Flashback: Chicago Tribune Warned of Dangers of Gun Bans in 2010

FILE - In this Wednesday, Jan. 16, 2013 file photo, a Glock representative explains features of the Glock 37 Gen 4 .45 caliber pistol at the 35th annual SHOT Show, in Las Vegas. After struggling to sway both state and federal lawmakers, proponents of expanding background checks for gun sales …
AP Photo/Julie Jacobson, File

On March 04, 2010, the Chicago Tribune reported that the hallmark of municipal gun bans was a sharp increase in death rates, and it suggested the reason for the rise in fatalities was because bans affect law-abiding citizens rather than criminals.

The Tribune admitted the failure of gun bans nearly two years after the Supreme Court of the United States overturned Washington DC’s ban in District of Columbia v Heller (2008) and roughly three months before SCOTUS would overturn Chicago’s ban in McDonald v Chicago (2010).

According to the Tribune, municipal gun bans are flawed in concept. Therefore, rather than a decline in homicides, the years following the implementation of DC’s gun ban saw “the number of killings [rise] by 156 percent.” And the surge in killings came “at a time when murders nationally increased by just 32 percent.” The death rate grew so high that DC “vied regularly for the title of murder capital of America” after the ban was implemented.

Similar results were achieved in Chicago, the Tribune reported the decade following the implementation of Chicago’s ban saw “murders [jump] by 41 percent, compared with an 18 percent rise in the entire United States.”

Why did the bans lead to death? Why didn’t leftist theories that fewer guns equal less crime hold true? The Tribune suggests the answers to these questions lie in the inequitable divide in the way such bans restrict law-abiding citizens instead of criminals.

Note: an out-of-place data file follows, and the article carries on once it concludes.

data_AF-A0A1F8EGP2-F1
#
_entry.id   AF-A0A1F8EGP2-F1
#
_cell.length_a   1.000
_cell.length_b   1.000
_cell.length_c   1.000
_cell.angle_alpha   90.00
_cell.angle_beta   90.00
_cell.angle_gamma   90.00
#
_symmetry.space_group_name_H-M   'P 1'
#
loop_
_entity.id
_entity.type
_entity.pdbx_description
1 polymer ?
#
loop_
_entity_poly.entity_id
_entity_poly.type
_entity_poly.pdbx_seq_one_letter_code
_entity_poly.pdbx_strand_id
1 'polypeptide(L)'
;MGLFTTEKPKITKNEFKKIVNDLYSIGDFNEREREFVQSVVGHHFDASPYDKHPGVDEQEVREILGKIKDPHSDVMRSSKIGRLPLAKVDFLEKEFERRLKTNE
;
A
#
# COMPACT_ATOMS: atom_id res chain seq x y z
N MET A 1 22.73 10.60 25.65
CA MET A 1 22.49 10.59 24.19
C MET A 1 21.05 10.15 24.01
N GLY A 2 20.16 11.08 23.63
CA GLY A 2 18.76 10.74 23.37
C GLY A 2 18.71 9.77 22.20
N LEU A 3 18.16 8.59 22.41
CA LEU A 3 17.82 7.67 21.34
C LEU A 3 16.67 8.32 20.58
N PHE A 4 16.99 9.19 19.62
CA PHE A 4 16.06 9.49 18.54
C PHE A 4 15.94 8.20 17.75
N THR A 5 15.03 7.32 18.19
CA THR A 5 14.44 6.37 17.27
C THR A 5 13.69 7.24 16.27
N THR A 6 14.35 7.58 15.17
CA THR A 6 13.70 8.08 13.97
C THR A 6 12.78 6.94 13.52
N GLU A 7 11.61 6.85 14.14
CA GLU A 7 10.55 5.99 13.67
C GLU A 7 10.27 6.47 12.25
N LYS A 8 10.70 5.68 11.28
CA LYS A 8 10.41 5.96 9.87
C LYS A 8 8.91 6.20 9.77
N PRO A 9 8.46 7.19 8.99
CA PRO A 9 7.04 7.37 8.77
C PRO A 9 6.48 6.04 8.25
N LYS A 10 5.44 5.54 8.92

The Tribune observed:

One problem is that the bans didn’t actually have any discernible effect on the availability of guns to people with felonious intent. As with drugs and hookers, when there is a demand for guns, there will always be a supply. Who places the highest value on owning a firearm? Criminals. Who is least likely to fear being prosecuted for violating the law? Criminals. Who is most likely to have access to illicit dealers? You guessed it.

Fast forward to 2016, where the vestiges of Chicago’s gun ban still hold sway and where law-abiding gun ownership does not flourish as it does in many parts of the country. The result is death upon death and more even more death after that.

Yes, the ban itself is gone, but there is still a “violence tax” — which raises the price on bullets and firearms sold at retail — and there are strict limitations on the number of gun stores allowed and the locations of those stores. There are state-imposed waiting periods on gun purchases on top of everything else. Such waiting periods mean that a person under duress, buying a gun as a final, life-saving option, may no longer have a life to save by the time the state grants them permission to take possession of the firearm.

July 2016 was the deadliest July Chicago has witnessed in 10 years, August was the deadliest August the city has seen in two decades, and January 1, 2016, through September 12, 2016, saw more homicides in the city than were seen throughout the entirety of 2015.

In 2010, the Tribune noted that criminals only have to get their hands on a “tiny percentage” of the overall number of available firearms in order to hold sway when a ban is in place. With Chicago as the example, it appears that even after a ban is lifted, criminals need but a “tiny percentage” of available firearms to cause death and mayhem on an unbelievable level; especially when local and state politicians work to keep the spirit of the ban alive via every gun control scheme they can conceive.

AWR Hawkins is the Second Amendment columnist for Breitbart News and political analyst for Armed American Radio. Follow him on Twitter: @AWRHawkins. Reach him directly at awrhawkins@breitbart.com.


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